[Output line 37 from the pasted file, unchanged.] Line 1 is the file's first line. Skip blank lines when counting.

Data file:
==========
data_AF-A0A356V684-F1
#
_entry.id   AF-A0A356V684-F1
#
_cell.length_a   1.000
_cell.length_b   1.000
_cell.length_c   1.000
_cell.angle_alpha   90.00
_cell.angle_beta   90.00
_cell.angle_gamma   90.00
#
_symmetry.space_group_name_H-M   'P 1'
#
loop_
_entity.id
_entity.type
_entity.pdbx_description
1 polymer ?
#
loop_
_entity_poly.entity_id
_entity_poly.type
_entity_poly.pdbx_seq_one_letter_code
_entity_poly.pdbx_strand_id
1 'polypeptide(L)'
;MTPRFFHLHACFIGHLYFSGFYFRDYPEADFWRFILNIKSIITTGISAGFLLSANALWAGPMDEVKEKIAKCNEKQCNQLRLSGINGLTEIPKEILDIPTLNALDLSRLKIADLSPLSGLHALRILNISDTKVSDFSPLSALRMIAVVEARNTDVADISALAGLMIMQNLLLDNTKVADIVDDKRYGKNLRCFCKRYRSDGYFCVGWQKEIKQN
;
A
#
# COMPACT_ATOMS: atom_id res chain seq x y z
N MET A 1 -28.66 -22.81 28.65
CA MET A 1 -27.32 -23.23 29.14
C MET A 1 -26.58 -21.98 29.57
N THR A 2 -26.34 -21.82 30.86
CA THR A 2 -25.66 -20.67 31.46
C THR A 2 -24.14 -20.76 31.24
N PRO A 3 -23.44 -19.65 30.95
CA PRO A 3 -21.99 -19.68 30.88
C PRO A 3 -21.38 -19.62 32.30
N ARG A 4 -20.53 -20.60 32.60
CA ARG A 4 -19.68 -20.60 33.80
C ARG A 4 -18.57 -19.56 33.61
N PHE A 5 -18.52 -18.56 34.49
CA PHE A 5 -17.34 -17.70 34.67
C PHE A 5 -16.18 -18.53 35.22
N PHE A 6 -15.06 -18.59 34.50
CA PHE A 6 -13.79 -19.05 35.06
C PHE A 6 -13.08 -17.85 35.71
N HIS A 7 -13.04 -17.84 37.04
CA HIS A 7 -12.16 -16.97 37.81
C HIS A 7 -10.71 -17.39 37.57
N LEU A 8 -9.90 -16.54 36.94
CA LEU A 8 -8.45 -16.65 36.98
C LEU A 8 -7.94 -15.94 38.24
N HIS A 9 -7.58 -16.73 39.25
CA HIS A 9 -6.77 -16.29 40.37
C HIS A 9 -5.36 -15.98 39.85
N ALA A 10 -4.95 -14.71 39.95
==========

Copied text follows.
N PRO A 3 -23.44 -19.65 30.95